I found this week’s readings on the nature of media regulation much more interesting than I originally expected, such that as I sit down to write this blog, about a million thoughts (mostly in the form of questions, rather than conclusions) are going through my head. I’ll try to parse it out into some coherent strands…
Discussions about access to media production resources and broadcasting for developing and undervoiced groups make a compelling argument for regulation. That is, we need regulation to ensure equitable access for anyone who desires to air their views. It is not so much diversity as an inherent good that needs to be propagated as it is making sure that no one single discourse dominates the media landscape to the exclusion of others, so long as other viewpoints exist.
That said, to what extent does regulation, whether by government or market forces, actually limit the diversity that is represented? Can we trust either the government or market forces (generally dictated by the majority) to know not only what we want to see, but what we should see? Should “what we should see” even be a consideration, or should a concerted effort to show a variety of things and leave the choice aspect to the viewer be enough?
Government governance, presumably working in the greater public interest, can ensure a certain amount of education/Culture (with a capital C!) components to media. It can also ensure that no single interest dominates. Governance by the wrong government, however, can have negative effects on freedom of expression, and can also be susceptible to lobbying interests. Historically, government governance of the media has not spoken to "what the people want," as evidenced by the triumph of commercialized television throughout most of the world.
Government governance also has the effect of dictating a moral code to programming. Moral codes vary by individual, but rather than risk offending anyone, regulation skews towards a more conservative approach. Siochru and Girard mention "prohibitive content regulation" as part of their broader treatment of societal regulation, and note that "normative boundaries are not fixed in the same place in all societies". I would also argue that in a country as large and diverse as the United States, normative boundaries are not fixed in the same place in even a single society. To the extent, then, that representations must adhere to a moral code that may or may not be one’s own, does regulation of things like language or nudity or violence constitute a form of censorship of the artist or producer? And how does that affect the “art” of media?
A personal anecdote: while studying abroad in Edinburgh, my American flatmate and I were in awe of what could and couldn't be shown or said on British television as opposed to American TV. Boobs, butt, curse words -- all were readily available on TV (though generally only after a certain time). In my opinion, liberalization from these content restrictions enhanced these programs because the use of certain language or nudity became an artistic CHOICE. When anybody can show some flesh, the viewer is better able to analyze how and to what effect it is or isn’t used in a way that can’t be asked if there is no choice involved.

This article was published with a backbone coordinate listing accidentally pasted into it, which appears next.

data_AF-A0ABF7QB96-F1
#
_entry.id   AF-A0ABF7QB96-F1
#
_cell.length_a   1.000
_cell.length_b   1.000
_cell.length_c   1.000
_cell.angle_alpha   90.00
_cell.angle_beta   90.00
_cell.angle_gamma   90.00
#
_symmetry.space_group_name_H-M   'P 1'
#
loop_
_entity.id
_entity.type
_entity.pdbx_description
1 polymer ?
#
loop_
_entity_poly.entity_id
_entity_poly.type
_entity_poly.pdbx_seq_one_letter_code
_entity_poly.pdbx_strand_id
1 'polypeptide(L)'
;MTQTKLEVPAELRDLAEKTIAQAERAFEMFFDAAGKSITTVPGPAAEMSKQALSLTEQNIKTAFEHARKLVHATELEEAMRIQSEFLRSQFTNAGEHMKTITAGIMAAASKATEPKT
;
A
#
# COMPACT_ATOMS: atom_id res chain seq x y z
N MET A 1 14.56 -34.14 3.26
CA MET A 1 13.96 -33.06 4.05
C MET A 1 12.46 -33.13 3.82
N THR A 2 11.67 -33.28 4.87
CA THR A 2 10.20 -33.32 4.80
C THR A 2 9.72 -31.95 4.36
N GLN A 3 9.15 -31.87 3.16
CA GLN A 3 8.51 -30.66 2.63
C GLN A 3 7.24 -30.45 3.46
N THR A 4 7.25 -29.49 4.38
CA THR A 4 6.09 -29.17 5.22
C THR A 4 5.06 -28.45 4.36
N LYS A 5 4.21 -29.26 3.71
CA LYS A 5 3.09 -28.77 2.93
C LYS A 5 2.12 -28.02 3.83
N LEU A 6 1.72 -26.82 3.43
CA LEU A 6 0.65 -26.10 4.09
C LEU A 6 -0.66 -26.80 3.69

When I step back and think of media less in terms of journalism (dominant discourses of FOX vs. MSNBC, New York Times vs. The Economist, etc), and more in terms of cultural entertainment, the freedom of expression advocate in me balks at the idea of regulation, whether by government or corporate interests, or even some kind of civil society board presumably acting on my behalf. Siochru and Girard talk about the "public sphere" as an open, transparent forum where people can be "convinced by reason" rather than by propaganda or through "suppression or distortion of information." They discuss the public sphere in relation to democratic ideals, but I think it relates to access to art as well. I balk at the idea of someone else telling me what is art and what isn't, or, to put it less polemically, what is entertainment and what isn't. I'm sure we've all had the experience of having a favorite show cancelled based on either not enough people appreciating it the way we did, or by suits in New York and LA who take issue with some part of it. I want to make my own decisions about entertainment, not to have someone else, not even another consumer, do it for me.
I’m not sure I entirely agree with Siochru and Girard’s assertion that media products require some amount of regulation because “in important respects they also ‘produce’ us”. While they are not strictly cultural imperialists, noting that media has the ability to empower the viewer towards participation and to effect change in society, this comment seems to draw upon the idea of the viewer as passive and without any media interpretation skills of one’s own.
I think it was Judy who pointed out the need for media literacy last week in class, and it is to that that I draw my conclusion from this week's discussion of regulation. Regardless of who controls the media and who produces it, we as a civil society need to understand its processes so as not to get absorbed in the propaganda or the glitz and the glamor. We need to understand in what ways regulation, by government or by market forces, constrain what we see. We need to understand that Fox News (to take the often-cited case) is propelled both by its conservative viewership as well as by Murdoch's own political views. From the small level of understanding the concept of product placement to the larger understanding of the complex conglomerates that currently dominate the media landscape, we need to have a better grasp of the forces behind the escapist entertainment that we consume.